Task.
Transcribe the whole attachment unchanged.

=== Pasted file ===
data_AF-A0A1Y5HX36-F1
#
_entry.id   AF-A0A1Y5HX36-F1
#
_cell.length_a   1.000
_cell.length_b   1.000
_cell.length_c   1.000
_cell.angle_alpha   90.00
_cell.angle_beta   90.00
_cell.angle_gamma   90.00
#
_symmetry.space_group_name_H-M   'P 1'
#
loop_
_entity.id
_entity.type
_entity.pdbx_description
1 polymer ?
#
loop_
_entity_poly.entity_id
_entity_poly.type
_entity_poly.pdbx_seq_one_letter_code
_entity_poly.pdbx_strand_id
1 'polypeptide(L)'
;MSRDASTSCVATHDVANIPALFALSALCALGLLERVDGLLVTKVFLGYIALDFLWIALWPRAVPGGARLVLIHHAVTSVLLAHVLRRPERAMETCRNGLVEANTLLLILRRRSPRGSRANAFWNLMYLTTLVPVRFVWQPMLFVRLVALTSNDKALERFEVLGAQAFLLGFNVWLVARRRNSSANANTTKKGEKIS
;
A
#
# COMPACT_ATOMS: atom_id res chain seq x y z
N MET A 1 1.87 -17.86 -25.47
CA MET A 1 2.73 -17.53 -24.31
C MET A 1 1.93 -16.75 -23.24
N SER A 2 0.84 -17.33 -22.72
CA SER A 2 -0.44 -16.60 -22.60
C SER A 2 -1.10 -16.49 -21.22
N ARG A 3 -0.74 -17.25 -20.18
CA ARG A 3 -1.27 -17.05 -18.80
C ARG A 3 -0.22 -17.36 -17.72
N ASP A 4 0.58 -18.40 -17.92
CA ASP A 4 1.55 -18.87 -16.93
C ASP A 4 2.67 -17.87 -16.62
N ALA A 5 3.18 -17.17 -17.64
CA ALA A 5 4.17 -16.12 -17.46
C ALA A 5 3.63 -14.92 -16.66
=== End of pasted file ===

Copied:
data_AF-A0A1Y5HX36-F1
#
_entry.id   AF-A0A1Y5HX36-F1
#
_cell.length_a   1.000
_cell.length_b   1.000
_cell.length_c   1.000
_cell.angle_alpha   90.00
_cell.angle_beta   90.00
_cell.angle_gamma   90.00
#
_symmetry.space_group_name_H-M   'P 1'
#
loop_
_entity.id
_entity.type
_entity.pdbx_description
1 polymer ?
#
loop_
_entity_poly.entity_id
_entity_poly.type
_entity_poly.pdbx_seq_one_letter_code
_entity_poly.pdbx_strand_id
1 'polypeptide(L)'
;MSRDASTSCVATHDVANIPALFALSALCALGLLERVDGLLVTKVFLGYIALDFLWIALWPRAVPGGARLVLIHHAVTSVLLAHVLRRPERAMETCRNGLVEANTLLLILRRRSPRGSRANAFWNLMYLTTLVPVRFVWQPMLFVRLVALTSNDKALERFEVLGAQAFLLGFNVWLVARRRNSSANANTTKKGEKIS
;
A
#
# COMPACT_ATOMS: atom_id res chain seq x y z
N MET A 1 1.87 -17.86 -25.47
CA MET A 1 2.73 -17.53 -24.31
C MET A 1 1.93 -16.75 -23.24
N SER A 2 0.84 -17.33 -22.72
CA SER A 2 -0.44 -16.60 -22.60
C SER A 2 -1.10 -16.49 -21.22
N ARG A 3 -0.74 -17.25 -20.18
CA ARG A 3 -1.27 -17.05 -18.80
C ARG A 3 -0.22 -17.36 -17.72
N ASP A 4 0.58 -18.40 -17.92
CA ASP A 4 1.55 -18.87 -16.93
C ASP A 4 2.67 -17.87 -16.62
N ALA A 5 3.18 -17.17 -17.64
CA ALA A 5 4.17 -16.12 -17.46
C ALA A 5 3.63 -14.92 -16.66